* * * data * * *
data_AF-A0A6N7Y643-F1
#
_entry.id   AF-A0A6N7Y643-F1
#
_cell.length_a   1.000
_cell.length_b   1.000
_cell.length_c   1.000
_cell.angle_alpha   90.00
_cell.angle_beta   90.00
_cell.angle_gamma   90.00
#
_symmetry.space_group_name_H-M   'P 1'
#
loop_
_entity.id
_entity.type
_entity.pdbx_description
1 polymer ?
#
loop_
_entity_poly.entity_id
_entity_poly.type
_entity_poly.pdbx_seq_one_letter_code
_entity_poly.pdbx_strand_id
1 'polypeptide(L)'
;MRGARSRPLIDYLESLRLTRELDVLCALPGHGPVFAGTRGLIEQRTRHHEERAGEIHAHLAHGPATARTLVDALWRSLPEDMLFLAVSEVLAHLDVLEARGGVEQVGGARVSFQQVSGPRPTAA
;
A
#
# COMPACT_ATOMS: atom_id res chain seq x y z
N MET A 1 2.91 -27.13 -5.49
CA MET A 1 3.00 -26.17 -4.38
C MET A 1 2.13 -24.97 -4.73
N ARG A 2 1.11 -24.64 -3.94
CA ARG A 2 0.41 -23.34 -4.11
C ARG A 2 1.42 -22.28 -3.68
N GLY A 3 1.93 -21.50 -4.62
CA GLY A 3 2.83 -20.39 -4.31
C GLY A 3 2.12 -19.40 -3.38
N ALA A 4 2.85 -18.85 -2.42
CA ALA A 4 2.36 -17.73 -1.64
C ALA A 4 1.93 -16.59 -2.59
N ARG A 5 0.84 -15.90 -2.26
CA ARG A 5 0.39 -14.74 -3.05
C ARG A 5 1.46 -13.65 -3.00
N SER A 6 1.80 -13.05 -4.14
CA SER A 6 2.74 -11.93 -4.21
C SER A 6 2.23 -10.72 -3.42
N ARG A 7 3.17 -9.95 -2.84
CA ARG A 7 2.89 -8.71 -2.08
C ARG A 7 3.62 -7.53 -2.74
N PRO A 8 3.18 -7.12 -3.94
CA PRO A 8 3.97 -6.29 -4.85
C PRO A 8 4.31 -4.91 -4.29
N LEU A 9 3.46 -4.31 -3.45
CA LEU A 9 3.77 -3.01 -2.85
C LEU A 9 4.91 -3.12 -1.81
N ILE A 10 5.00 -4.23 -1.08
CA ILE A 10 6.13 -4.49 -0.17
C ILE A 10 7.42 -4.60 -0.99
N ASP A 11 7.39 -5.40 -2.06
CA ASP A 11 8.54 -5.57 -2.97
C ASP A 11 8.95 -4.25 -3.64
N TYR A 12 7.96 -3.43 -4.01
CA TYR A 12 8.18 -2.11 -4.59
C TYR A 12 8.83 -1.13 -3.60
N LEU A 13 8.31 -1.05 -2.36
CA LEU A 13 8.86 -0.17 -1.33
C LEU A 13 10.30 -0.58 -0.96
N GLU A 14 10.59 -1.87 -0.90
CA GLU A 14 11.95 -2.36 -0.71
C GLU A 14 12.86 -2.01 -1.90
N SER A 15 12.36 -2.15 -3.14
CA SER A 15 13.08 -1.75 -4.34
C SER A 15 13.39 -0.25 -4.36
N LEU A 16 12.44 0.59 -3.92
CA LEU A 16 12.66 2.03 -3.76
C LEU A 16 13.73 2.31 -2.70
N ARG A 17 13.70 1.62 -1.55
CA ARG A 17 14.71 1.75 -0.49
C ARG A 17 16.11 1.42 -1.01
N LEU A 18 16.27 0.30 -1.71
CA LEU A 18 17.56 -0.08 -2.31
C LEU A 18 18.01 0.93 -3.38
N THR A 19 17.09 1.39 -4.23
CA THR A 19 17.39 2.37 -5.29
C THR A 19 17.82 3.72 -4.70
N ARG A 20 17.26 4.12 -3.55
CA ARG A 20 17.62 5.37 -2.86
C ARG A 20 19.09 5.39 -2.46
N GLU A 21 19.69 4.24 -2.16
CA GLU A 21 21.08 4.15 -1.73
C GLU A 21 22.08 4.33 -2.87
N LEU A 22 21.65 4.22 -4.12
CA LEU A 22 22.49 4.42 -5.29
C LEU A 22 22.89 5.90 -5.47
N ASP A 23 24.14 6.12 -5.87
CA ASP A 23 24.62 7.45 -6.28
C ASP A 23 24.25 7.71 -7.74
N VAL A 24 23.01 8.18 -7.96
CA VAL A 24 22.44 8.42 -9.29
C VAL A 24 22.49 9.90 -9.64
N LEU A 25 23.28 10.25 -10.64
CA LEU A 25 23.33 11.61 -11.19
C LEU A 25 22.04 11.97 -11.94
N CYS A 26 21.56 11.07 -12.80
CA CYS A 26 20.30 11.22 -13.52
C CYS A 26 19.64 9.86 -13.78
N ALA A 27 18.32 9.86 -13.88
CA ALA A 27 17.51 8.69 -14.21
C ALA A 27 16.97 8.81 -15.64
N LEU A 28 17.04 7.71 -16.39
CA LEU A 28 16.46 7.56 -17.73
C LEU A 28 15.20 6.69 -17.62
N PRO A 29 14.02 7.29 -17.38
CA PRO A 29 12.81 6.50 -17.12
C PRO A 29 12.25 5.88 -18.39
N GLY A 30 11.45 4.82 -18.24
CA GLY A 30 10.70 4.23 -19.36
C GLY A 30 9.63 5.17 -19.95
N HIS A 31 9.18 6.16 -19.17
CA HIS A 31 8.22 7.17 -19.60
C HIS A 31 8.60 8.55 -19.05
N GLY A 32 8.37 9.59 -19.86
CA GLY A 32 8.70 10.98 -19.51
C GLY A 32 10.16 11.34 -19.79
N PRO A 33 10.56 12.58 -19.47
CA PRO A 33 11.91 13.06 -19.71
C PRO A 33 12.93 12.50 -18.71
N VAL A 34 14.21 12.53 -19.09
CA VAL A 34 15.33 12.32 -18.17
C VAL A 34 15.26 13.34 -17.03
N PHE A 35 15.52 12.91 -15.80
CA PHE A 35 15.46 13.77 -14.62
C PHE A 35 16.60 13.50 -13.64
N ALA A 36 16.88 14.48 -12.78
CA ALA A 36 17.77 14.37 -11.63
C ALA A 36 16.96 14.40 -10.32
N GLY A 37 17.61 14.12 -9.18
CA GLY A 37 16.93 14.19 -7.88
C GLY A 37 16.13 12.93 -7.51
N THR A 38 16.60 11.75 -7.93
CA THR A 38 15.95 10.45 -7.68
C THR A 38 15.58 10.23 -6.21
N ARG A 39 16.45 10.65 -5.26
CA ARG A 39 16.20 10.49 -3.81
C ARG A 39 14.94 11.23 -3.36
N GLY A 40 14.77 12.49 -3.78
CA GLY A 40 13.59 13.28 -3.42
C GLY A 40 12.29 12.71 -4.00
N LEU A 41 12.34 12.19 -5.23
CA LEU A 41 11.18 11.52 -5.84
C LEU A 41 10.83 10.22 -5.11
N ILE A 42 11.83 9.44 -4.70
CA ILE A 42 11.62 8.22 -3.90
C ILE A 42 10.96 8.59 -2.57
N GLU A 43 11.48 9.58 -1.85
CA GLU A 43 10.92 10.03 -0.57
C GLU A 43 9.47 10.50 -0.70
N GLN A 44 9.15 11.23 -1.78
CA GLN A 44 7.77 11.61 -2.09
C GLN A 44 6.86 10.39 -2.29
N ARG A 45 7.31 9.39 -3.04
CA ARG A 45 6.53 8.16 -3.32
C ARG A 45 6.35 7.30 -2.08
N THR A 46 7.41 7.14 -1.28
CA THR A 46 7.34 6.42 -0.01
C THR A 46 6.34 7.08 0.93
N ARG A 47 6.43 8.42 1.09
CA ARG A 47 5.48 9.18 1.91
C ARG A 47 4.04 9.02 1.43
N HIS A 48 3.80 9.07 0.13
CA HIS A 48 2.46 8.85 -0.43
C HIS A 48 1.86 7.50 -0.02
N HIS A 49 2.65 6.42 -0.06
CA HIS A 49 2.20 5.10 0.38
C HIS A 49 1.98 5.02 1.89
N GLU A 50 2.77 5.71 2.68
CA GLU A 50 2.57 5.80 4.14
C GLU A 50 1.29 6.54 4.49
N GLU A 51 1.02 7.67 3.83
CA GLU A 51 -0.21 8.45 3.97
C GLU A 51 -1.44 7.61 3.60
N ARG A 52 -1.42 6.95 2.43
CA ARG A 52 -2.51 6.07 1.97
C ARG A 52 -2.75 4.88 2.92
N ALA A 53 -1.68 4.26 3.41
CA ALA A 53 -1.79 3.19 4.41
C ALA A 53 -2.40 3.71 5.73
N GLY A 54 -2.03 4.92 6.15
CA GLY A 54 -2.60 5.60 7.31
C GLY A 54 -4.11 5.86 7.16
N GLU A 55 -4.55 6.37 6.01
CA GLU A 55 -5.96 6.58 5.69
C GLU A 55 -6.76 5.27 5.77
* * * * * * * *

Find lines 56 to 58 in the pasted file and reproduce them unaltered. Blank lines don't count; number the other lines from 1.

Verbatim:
CA LEU A 9 3.77 -3.01 -2.85
C LEU A 9 4.91 -3.12 -1.81
N ILE A 10 5.00 -4.23 -1.08